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The Joyful Sabbath

[Note: This sermon was prepared for an all age participation family celebration in the regular morning worship. It included short pieces of drama, puppets and children's songs. Sermon notes were made available as usual but in briefer form, while the verbal presentation was short and simple.]

Introduction

Because we have a special service today I will not give a regular sermon. The message of the scripture readings is being conveyed differently by acting out some of the themes and by people of all ages participating in the celebration of God's word in various ways. Note how the Old Testament lesson of the call of Jeremiah, one of the greatest of the prophets, makes it clear that a young person can be called and equipped as God's messenger, while the psalm also rejoices in the trust that can be placed in God's care of us from the time of our birth. These are good themes for a family occasion; and they combine with the message that Jesus gave of God's loving care of all sorts of different people. The gospel reading for today not is necessarily related to Old Testament writings we have read, but it does have that message of universal care, for young and old, women and men. It is because of that care that we can have trust in God. The following notes are intended as a starting point for study of the gospel reading in more depth than we can include in the service today.

Why joy was appropriate to the Sabbath

The story in Luke 13:10-17 of Jesus healing a woman on the Sabbath Day is a joyful proclamation of the Kingdom of the God. Although we tend to think of observing the Sabbath Day as a day of rest in terms of rules about what you are not allowed to do, and perhaps therefore as a rather dull day, it was in fact regarded by the Jews as a joyful occasion. Indeed it is still experienced joyfully today, perhaps partly because it begins with a family gathering, partly because the family looks to God the source of love and life and light, and certainly because it is a time of release from the demands of everyday life with its toil and strife. For Jesus it was a small anticipation of the coming of the Kingdom of God. That is why the release of the crippled woman from her suffering was not only permitted but particularly appropriate on the Sabbath. By his words and actions Jesus rescued the Sabbath as a day of joyful celebration from dull conformity of many restrictive rules.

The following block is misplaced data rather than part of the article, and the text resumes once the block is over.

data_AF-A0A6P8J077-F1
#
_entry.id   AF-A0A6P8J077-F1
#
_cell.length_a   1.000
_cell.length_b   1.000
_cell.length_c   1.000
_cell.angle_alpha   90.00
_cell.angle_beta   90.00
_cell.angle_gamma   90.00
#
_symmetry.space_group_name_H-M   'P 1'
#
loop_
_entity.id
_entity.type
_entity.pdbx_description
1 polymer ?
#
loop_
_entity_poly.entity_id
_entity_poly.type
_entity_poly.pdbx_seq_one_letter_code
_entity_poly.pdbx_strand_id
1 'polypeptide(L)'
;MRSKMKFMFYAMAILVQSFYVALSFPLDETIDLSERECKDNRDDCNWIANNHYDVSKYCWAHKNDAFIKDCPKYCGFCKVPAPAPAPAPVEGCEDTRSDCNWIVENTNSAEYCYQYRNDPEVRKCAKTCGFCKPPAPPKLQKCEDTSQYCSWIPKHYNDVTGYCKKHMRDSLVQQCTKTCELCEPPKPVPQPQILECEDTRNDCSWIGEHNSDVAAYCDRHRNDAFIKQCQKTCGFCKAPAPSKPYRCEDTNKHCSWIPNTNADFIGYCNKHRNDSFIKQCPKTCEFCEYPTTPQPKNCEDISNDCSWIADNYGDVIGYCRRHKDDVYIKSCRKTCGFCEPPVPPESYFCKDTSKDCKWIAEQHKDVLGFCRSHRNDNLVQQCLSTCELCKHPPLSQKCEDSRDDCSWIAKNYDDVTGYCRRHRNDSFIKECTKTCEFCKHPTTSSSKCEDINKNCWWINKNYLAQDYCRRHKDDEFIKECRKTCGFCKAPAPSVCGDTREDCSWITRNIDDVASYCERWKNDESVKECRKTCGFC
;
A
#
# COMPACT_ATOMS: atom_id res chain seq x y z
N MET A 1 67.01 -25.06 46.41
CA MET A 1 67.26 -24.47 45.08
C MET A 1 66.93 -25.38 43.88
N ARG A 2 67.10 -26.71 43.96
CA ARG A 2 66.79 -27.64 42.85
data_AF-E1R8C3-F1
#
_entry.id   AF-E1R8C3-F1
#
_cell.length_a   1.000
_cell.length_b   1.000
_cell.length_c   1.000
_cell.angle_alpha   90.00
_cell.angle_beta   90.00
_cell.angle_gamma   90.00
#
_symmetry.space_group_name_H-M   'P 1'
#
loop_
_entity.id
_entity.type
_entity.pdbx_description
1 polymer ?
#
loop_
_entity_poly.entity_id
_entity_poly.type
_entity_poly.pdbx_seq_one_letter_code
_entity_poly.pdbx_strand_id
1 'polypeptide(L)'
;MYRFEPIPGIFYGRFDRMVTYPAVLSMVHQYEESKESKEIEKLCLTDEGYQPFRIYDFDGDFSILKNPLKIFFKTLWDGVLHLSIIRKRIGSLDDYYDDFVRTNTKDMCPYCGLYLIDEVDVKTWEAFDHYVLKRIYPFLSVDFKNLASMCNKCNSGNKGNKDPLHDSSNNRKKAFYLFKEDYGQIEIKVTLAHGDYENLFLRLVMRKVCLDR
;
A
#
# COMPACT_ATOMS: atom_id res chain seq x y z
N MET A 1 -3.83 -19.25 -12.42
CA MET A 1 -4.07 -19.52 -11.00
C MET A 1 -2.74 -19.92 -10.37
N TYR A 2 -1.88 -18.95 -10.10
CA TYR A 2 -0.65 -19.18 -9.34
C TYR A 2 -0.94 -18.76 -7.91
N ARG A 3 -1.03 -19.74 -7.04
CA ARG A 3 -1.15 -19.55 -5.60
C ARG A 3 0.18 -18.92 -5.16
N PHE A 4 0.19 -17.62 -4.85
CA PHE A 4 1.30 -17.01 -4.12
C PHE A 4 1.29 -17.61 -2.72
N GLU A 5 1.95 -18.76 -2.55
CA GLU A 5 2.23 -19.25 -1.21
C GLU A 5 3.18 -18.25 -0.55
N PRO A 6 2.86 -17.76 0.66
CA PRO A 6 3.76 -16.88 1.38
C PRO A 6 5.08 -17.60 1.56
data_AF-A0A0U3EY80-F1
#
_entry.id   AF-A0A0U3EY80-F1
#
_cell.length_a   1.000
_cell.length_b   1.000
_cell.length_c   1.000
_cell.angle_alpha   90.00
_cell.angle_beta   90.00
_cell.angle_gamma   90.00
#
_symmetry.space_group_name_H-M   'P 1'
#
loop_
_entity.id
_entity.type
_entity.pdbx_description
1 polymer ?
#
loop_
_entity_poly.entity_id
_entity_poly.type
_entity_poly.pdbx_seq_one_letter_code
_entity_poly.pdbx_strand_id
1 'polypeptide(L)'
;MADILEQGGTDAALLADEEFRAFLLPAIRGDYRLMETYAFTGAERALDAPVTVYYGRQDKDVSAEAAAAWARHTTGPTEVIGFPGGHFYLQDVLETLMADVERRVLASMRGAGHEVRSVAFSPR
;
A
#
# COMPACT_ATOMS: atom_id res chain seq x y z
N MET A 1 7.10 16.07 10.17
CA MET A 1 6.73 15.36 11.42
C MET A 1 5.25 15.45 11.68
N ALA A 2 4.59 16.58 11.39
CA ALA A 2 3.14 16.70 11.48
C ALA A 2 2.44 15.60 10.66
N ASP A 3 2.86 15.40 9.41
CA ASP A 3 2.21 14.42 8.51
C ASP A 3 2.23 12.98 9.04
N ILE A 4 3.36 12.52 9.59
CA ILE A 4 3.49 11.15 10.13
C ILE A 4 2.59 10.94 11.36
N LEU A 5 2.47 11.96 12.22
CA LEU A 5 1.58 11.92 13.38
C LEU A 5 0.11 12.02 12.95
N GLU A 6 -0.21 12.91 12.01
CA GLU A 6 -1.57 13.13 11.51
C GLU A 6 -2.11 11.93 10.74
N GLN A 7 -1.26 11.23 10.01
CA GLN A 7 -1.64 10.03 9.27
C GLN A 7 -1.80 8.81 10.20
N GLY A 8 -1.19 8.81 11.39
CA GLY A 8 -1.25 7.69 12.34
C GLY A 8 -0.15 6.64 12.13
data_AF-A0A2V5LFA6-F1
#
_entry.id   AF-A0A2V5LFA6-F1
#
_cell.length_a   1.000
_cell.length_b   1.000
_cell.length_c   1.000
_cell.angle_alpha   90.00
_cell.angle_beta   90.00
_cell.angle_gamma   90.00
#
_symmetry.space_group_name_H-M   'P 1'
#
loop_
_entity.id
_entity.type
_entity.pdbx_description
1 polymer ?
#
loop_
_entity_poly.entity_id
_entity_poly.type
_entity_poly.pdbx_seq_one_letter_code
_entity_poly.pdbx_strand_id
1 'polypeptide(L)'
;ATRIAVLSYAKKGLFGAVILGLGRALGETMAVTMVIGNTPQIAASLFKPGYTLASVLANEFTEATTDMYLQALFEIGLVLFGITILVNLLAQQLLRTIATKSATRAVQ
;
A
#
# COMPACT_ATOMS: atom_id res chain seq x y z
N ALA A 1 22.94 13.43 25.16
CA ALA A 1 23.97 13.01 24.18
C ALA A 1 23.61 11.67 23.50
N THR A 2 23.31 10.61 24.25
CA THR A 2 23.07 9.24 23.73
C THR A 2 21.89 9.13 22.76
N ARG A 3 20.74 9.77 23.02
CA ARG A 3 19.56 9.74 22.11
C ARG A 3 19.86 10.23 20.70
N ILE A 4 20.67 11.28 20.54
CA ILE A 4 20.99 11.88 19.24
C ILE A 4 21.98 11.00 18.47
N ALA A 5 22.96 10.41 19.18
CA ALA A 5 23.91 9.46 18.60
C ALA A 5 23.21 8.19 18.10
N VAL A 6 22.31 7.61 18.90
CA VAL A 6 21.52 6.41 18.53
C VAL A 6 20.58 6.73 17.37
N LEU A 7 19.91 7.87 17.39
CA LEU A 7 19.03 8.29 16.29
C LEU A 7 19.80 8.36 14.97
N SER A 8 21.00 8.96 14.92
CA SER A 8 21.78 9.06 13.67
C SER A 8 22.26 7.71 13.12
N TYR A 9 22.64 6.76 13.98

It is important to see that Jesus was not merely giving a liberal interpretation of the old law. He was not saying that people could decide for themselves what they do on the Sabbath. Rather he was reminding them of the true meaning and purpose of the tradition. But he went further than that. By relating what he did to the coming of the Kingdom of God he brought a new more hopeful dimension to it. He did this by emphasising the woman's liberation or salvation. These are signs of the power and mercy of God which were well recognised. So he pointed out how animals were untied from there stalls and led to water on even on the Sabbath, so why he said should the women not also be liberated:-